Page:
The teams that add depth at the trade deadline and free agency are the ones building with a plan in mind to make a deep playoff run. The Lightning, who are the reigning back-to-back champions, always had rosters with depth, along with their core of start players, but what made their team fascinating was how they acquired their depth. The acquisitions of Blake Coleman, Pat Maroon, and Corey Perry, just to name a few, weren’t made to find another elite player but rather to find a role player to work with an already great team. Moreover, the moves made are with low risk, and even the ones that backfire have little to no effect on the team at the end of the day.
Makar, Fox & the Value of Two-Way Defensemen
Along with team building and working around the salary cap, front offices and coaches have to adapt to the rapidly changing game. Both the Avalanche and the Rangers have proven that the game is not only faster but how versatility and two-way defensemen impact the game.
Adam Fox won the Norris Trophy last season largely because of his ability to force turnovers in all three zones and turn defense into instant scoring chances. In the Stanley Cup Playoffs, the Rangers have advanced not only because of their great defensive play but because of their defensemen, led by Fox, keeping up with opposing forwards and helping out on the offensive end of the ice. The team can rely on their defensive unit to keep games low-scoring but also, when needed, have gotten help from the point to elevate the offense, especially in close games where a shot from the blue line is often the difference-maker.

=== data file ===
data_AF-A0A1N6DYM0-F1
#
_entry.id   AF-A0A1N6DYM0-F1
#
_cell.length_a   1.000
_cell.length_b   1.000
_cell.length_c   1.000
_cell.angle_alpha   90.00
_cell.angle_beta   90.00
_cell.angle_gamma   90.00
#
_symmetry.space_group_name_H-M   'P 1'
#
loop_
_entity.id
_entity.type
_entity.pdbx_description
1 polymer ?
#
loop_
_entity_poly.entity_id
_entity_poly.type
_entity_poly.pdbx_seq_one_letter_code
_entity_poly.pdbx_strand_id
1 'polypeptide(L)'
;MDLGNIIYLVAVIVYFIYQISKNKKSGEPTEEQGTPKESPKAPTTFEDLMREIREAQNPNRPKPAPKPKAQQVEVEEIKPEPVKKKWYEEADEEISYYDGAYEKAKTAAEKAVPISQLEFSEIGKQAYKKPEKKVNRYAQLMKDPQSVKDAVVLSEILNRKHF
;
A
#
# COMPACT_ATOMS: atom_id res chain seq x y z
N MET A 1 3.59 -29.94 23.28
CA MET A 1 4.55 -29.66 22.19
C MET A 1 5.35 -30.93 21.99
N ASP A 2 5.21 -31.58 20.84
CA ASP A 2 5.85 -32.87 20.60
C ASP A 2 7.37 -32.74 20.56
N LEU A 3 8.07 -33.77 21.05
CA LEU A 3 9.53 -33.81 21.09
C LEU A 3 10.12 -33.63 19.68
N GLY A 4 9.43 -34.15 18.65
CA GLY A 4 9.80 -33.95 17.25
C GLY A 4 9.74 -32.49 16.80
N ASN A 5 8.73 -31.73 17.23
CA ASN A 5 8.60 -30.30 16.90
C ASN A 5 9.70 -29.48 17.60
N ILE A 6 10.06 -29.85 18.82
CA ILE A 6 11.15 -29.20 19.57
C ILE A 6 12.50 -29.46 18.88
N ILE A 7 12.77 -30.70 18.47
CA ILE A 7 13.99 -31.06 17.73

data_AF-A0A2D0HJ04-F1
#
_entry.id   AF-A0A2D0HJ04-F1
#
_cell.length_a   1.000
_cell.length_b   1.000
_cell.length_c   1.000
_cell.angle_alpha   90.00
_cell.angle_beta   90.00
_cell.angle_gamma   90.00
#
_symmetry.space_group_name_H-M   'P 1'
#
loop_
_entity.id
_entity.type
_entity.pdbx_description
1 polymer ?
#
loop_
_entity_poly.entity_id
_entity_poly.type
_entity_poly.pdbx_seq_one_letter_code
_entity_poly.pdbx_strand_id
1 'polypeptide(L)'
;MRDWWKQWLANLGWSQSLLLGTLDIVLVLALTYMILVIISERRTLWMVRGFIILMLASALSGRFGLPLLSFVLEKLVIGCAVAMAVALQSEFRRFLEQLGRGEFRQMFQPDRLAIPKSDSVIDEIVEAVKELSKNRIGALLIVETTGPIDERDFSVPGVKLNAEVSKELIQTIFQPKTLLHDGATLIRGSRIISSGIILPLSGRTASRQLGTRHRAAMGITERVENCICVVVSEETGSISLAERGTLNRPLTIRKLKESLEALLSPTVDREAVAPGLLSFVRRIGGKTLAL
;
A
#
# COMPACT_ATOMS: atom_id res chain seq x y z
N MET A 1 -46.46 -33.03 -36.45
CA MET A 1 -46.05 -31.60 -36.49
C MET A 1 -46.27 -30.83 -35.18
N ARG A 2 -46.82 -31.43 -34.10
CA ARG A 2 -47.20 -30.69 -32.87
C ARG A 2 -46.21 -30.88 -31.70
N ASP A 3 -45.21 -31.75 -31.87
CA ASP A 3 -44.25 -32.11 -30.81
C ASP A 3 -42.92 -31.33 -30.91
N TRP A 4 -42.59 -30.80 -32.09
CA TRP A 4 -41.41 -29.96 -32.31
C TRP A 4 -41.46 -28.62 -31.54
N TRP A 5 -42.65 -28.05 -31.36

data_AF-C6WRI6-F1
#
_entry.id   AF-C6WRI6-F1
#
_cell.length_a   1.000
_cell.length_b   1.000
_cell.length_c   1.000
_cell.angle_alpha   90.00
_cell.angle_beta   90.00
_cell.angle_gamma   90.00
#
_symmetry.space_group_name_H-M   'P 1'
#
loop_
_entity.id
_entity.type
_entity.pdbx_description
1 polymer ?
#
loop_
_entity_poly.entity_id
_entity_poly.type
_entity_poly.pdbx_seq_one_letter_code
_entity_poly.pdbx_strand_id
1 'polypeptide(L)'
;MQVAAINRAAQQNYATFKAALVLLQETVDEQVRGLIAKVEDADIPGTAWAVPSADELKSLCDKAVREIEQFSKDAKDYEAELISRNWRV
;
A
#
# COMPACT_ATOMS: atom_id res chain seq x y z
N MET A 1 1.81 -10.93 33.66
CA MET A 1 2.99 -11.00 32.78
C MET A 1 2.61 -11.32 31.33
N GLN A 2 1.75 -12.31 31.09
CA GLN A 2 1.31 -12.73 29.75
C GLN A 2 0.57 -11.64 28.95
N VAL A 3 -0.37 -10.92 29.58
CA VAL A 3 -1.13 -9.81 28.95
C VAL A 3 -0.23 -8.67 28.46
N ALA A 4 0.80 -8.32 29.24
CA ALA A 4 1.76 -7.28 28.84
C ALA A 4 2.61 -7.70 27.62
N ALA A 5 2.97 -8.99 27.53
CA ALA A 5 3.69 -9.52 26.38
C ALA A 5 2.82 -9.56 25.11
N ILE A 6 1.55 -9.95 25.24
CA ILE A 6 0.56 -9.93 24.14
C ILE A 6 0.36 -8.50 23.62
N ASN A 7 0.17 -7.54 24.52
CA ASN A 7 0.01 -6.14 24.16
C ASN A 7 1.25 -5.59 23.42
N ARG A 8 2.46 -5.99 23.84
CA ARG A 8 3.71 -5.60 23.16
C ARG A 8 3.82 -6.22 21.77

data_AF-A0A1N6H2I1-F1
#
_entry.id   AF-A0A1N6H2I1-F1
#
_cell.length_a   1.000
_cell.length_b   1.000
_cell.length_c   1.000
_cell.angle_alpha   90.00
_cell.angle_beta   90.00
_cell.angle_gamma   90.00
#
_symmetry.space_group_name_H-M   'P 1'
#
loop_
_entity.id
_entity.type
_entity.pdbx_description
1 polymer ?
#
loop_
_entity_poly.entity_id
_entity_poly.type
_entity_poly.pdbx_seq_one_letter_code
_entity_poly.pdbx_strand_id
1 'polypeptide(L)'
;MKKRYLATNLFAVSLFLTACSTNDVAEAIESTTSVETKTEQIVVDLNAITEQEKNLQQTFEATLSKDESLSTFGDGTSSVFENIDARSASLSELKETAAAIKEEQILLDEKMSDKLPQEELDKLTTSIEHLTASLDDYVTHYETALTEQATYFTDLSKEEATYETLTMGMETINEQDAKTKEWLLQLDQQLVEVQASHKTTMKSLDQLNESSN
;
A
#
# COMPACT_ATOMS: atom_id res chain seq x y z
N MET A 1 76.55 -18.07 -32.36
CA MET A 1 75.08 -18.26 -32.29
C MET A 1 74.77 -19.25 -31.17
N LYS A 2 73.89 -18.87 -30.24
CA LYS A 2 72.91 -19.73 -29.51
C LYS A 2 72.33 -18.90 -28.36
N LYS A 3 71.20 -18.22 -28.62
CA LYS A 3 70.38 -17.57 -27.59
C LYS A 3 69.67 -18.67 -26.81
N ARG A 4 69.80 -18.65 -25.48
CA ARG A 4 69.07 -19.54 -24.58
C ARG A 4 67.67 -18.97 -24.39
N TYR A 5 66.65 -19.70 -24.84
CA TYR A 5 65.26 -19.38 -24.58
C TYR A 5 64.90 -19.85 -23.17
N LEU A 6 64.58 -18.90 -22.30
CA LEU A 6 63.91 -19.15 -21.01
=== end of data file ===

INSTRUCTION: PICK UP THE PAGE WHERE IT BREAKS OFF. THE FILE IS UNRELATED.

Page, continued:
The Avalanche have a similar defensive unit to the Rangers, except they are led by a dynamic duo of two-way defensemen in Makar and Devon Toews. Makar, in particular, is changing the defensive position, with the ability to handle the puck better than most skaters in the league while also possessing strong defensive instincts, making him a front runner for the Norris Trophy this season. Similarly, Toews, who the team acquired in the 2020 offseason, is also a great skating defenseman. The duo allowed the Avalanche to become one of the best teams in the NHL in recent seasons and has propelled the team to the Stanley Cup Final.
Moreover, the Lightning proved firsthand the value of a two-way puck-handling defenseman in their recent Stanley Cup runs. In games when the team needed a playmaker to open up the offense and not only find open skater but generate shots on the net from the point, Hedman provided both. His 10 goals and 12 assists in the 2020 Stanley Cup Playoffs allowed the Lightning to win the Cup, with the world-class defensemen earning the Conn Smythe Trophy in the process. Great defense is essential to reaching the playoffs, but having a defenseman that can impact all facets of the game put teams over the top.